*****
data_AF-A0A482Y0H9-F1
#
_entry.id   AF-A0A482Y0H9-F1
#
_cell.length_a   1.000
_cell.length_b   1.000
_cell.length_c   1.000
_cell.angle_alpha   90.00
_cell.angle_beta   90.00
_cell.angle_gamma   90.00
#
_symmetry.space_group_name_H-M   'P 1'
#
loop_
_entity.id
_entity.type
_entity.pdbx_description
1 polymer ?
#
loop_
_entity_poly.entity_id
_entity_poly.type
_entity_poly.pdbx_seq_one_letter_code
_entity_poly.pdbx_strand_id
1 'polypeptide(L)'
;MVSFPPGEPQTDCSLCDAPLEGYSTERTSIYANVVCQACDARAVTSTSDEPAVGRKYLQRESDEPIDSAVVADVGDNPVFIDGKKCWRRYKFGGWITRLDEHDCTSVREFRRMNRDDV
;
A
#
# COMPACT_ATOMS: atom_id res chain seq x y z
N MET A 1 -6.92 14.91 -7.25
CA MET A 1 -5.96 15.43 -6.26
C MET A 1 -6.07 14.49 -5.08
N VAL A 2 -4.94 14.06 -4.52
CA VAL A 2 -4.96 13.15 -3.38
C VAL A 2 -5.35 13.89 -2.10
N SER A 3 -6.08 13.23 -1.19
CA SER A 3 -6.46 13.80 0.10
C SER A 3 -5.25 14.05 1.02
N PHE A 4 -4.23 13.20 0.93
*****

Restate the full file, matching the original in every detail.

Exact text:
data_AF-A0A482Y0H9-F1
#
_entry.id   AF-A0A482Y0H9-F1
#
_cell.length_a   1.000
_cell.length_b   1.000
_cell.length_c   1.000
_cell.angle_alpha   90.00
_cell.angle_beta   90.00
_cell.angle_gamma   90.00
#
_symmetry.space_group_name_H-M   'P 1'
#
loop_
_entity.id
_entity.type
_entity.pdbx_description
1 polymer ?
#
loop_
_entity_poly.entity_id
_entity_poly.type
_entity_poly.pdbx_seq_one_letter_code
_entity_poly.pdbx_strand_id
1 'polypeptide(L)'
;MVSFPPGEPQTDCSLCDAPLEGYSTERTSIYANVVCQACDARAVTSTSDEPAVGRKYLQRESDEPIDSAVVADVGDNPVFIDGKKCWRRYKFGGWITRLDEHDCTSVREFRRMNRDDV
;
A
#
# COMPACT_ATOMS: atom_id res chain seq x y z
N MET A 1 -6.92 14.91 -7.25
CA MET A 1 -5.96 15.43 -6.26
C MET A 1 -6.07 14.49 -5.08
N VAL A 2 -4.94 14.06 -4.52
CA VAL A 2 -4.96 13.15 -3.38
C VAL A 2 -5.35 13.89 -2.10
N SER A 3 -6.08 13.23 -1.19
CA SER A 3 -6.46 13.80 0.10
C SER A 3 -5.25 14.05 1.02
N PHE A 4 -4.23 13.20 0.93